Office of the Chancellor

Chancellor Remarks at 2017 Convocation

Sept. 25, 2017

Chancellor Remarks at 2017 Convocation

To the freshman Class of 2021, and to all our transfer students:

Welcome to the beginning of one of the great adventures of your life!

The years to come will be exciting, unforgettable in the best possible way. It’s going to be great – great but not easy, not without its challenges. If it were easy, anybody could do it, and we wouldn’t have to spend the time to admit the very best students.

We will walk beside you in the years to come as you work toward your degree, and we will continue to be there for you after you have earned your degree, when at commencement – which will be here sooner than you think – you set off to make your mark upon the world. 

You have heard a lot about how you will be spending your time. You’ve learned about housing and dining and clubs and hiking trials and the ARC and Boba on Ring Road. 

But as you begin this adventure I want to remind you why you are really here, or to put it another way, why this great university was built in the first place a little more than 50 years ago.

Let’s start with the basics. 

A public research university is created to serve the people by creating and transmitting knowledge.

This is why we built this extraordinary campus, with amazing learning spaces, great labs, studios, libraries, clinics, and beautiful grounds.

This is why we recruited a faculty comprising women and men who are the very best in the world in their disciplines, scholars and creators and professionals who are making fundamental contributions to new knowledge, creative expression, and clinical and professional practice. They are amazing. They will change your life. And they can’t wait to get to know you!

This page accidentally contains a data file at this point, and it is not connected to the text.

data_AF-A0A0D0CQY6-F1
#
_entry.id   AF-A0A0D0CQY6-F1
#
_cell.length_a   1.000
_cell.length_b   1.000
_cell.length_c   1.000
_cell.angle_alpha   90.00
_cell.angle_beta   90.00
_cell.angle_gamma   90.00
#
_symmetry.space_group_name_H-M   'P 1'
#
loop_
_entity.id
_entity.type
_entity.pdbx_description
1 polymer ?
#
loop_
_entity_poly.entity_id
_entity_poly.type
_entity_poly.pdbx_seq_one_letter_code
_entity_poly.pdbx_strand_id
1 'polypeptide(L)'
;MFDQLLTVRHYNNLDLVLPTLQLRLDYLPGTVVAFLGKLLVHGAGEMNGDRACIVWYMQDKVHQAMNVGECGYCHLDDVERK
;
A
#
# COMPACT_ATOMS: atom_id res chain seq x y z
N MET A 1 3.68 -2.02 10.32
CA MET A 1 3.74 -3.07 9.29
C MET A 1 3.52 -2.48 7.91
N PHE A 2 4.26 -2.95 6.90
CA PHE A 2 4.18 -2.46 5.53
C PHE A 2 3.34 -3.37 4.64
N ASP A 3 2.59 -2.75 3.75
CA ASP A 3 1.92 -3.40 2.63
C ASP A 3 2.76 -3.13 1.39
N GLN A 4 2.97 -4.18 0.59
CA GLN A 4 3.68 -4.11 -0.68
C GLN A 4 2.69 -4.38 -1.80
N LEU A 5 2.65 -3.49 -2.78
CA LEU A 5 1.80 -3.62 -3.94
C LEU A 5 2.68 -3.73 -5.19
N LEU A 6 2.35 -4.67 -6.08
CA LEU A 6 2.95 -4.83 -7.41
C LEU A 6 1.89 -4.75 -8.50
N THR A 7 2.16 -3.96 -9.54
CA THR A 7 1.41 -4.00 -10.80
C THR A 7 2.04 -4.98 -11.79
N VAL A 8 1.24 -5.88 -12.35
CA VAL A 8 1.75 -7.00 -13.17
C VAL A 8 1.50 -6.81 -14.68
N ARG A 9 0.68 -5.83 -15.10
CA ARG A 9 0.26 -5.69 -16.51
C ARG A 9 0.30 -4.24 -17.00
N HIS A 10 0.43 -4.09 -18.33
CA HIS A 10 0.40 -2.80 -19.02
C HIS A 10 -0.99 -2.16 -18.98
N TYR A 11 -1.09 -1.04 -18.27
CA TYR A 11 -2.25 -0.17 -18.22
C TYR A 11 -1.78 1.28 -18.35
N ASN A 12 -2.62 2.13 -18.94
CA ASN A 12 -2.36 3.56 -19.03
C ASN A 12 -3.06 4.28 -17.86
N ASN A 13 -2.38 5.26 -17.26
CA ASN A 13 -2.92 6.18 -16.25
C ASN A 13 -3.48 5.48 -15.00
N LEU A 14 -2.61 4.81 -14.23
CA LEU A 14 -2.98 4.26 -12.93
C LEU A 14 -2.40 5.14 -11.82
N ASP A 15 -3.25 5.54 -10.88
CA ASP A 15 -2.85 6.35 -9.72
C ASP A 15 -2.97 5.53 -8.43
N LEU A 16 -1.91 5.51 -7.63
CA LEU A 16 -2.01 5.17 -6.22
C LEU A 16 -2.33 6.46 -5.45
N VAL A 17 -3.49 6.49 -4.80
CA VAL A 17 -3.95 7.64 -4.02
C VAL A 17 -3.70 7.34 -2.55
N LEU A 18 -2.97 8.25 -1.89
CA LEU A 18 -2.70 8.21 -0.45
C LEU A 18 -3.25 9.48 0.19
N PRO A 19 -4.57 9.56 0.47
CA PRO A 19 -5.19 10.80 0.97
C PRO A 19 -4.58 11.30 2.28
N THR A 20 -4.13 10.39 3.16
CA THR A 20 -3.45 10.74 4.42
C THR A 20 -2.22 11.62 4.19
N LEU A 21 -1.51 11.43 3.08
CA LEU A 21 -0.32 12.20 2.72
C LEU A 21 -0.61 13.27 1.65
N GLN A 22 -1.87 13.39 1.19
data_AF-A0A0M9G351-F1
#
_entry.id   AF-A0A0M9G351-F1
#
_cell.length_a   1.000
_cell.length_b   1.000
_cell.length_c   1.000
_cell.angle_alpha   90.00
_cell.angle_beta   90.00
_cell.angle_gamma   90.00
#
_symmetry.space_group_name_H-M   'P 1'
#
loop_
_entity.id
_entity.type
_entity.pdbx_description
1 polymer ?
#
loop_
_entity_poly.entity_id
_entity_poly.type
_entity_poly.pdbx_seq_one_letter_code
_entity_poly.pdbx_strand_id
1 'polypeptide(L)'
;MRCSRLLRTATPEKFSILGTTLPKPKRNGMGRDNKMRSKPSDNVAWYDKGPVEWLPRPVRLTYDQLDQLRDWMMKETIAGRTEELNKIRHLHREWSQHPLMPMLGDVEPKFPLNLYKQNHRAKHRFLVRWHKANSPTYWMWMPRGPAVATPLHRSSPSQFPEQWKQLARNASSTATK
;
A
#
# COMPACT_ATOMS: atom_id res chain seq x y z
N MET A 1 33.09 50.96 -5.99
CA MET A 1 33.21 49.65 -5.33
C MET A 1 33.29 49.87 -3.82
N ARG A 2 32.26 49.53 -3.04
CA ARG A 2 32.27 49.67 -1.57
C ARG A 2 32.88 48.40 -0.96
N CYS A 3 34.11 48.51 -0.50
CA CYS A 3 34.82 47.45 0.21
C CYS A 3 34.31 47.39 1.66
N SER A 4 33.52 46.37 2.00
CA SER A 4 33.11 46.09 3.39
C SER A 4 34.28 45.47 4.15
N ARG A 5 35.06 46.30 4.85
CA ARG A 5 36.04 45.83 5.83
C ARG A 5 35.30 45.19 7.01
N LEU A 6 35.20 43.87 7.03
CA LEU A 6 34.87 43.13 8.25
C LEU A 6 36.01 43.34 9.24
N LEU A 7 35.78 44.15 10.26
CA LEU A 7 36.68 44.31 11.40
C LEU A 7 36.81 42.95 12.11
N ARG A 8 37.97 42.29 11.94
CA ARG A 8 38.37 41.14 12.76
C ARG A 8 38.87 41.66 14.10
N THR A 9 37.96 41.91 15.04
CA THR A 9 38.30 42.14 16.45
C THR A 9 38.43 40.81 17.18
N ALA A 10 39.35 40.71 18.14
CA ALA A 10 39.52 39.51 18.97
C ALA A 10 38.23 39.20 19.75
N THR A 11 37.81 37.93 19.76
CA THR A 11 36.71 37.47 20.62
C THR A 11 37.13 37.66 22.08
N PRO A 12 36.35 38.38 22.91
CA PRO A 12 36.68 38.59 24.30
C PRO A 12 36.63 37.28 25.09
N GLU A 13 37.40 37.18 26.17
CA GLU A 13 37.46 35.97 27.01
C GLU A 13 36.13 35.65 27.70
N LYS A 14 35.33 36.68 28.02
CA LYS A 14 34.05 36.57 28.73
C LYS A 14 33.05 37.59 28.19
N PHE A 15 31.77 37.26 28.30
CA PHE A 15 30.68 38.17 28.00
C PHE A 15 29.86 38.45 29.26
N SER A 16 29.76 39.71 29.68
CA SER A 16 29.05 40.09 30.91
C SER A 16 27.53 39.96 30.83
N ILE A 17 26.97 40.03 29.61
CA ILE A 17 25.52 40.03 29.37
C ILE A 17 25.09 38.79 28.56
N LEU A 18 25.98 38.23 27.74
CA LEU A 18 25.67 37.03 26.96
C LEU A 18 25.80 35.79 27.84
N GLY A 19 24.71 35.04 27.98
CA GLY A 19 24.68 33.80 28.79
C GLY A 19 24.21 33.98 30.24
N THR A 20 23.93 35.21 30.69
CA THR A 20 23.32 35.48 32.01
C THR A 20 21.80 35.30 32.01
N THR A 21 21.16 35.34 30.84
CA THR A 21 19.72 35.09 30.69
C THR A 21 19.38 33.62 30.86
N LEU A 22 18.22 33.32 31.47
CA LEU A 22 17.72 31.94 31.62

We serve you by exposing you to the best that has ever been thought, created, or discovered, and by creating the conditions for hard thought and difficult debate so that you can learn how to distinguish half-baked opinions from well-earned ones.  You all understand how much society needs you to be educated and knowledgeable, to live your life dedicated to the pursuit of the truth, and to get outside those social media echo-chambers where you are only exposed to views that flatter your existing opinions and interests.

We serve the well-being of society more generally by incubating better ways of thinking about our natural world, or our political practices, or our values, and by subjecting outmoded or harmful ideas to critical scrutiny.

In short, you are entering a world of ideas. During your time at UCI you are in the business of hearing, understanding, and assessing ideas.

You are here to see first-hand the personal and social benefits of building a community, not around indoctrination into sacred, immutable truths, but instead by nurturing an endless cycle of curiosity, inquiry, discovery, and skepticism – a cycle: curiosity, inquiry, discovery, and skepticism – where there is no protected orthodoxy of opinion, and where all knowledge is considered provisional, since history has taught the world that better ideas are always around the corner, whether we are talking about the nature of gravity, the virtues of democracy, or what should count as art. 

This all means that, over the next few years, some of your cherished views may be challenged.  And so be prepared for that. 

But also, don’t worry about it. Finding yourself challenged by faculty, and fellow students, and even outsiders, comes with the territory of having made the decision to pursue higher education. It is, in fact, the entire point.